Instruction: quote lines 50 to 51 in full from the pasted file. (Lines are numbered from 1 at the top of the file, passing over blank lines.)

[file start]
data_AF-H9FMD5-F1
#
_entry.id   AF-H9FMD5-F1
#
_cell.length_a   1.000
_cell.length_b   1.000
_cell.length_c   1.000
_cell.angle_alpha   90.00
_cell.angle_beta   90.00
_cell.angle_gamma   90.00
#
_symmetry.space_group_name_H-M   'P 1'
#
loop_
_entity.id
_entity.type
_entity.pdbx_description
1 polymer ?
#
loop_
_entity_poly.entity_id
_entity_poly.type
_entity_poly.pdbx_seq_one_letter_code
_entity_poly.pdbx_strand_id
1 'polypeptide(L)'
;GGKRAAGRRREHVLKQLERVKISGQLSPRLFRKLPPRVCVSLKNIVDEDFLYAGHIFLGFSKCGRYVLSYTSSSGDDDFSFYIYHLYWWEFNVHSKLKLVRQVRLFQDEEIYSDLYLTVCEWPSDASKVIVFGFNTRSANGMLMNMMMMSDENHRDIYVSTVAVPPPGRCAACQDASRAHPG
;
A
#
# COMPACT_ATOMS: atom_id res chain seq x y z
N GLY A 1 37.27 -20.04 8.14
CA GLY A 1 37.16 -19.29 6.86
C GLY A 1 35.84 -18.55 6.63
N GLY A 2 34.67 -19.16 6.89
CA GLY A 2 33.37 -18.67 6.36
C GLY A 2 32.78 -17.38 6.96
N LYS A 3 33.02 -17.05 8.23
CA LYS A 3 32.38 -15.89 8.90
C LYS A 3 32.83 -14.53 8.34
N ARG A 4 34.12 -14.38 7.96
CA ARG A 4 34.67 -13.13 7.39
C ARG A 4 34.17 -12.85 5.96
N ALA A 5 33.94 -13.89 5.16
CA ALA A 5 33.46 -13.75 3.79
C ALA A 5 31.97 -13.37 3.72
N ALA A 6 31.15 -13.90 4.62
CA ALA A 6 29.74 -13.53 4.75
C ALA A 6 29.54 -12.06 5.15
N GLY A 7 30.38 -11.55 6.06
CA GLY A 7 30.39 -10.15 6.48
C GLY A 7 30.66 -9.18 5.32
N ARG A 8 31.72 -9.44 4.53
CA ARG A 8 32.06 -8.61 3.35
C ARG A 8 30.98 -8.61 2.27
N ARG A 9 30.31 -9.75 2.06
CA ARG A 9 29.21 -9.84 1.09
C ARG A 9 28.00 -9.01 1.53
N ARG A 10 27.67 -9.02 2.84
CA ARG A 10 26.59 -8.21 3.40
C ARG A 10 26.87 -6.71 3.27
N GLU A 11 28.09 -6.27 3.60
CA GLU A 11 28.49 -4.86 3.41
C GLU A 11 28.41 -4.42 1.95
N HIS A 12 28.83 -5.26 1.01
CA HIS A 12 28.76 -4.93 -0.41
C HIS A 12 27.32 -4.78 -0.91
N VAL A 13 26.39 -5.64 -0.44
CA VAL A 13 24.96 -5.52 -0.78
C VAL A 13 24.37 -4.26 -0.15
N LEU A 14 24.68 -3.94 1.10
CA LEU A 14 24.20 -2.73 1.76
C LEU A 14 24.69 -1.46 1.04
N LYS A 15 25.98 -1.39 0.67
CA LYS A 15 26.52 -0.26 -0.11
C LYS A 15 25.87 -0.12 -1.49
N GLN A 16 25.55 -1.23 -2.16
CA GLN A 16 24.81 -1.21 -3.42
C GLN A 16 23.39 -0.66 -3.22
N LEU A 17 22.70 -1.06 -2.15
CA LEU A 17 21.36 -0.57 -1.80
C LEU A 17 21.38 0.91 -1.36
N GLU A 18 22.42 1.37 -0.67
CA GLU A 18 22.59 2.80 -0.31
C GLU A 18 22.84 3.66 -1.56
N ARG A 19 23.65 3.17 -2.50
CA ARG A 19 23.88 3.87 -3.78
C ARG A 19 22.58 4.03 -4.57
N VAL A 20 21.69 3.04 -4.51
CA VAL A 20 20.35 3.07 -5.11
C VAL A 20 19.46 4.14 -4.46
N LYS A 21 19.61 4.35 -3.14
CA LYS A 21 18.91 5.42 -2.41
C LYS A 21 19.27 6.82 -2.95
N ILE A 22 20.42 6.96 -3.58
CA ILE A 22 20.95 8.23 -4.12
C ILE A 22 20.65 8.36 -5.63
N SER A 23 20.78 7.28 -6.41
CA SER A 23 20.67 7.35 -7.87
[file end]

CA GLY A 7 30.39 -10.15 6.48
C GLY A 7 30.66 -9.18 5.32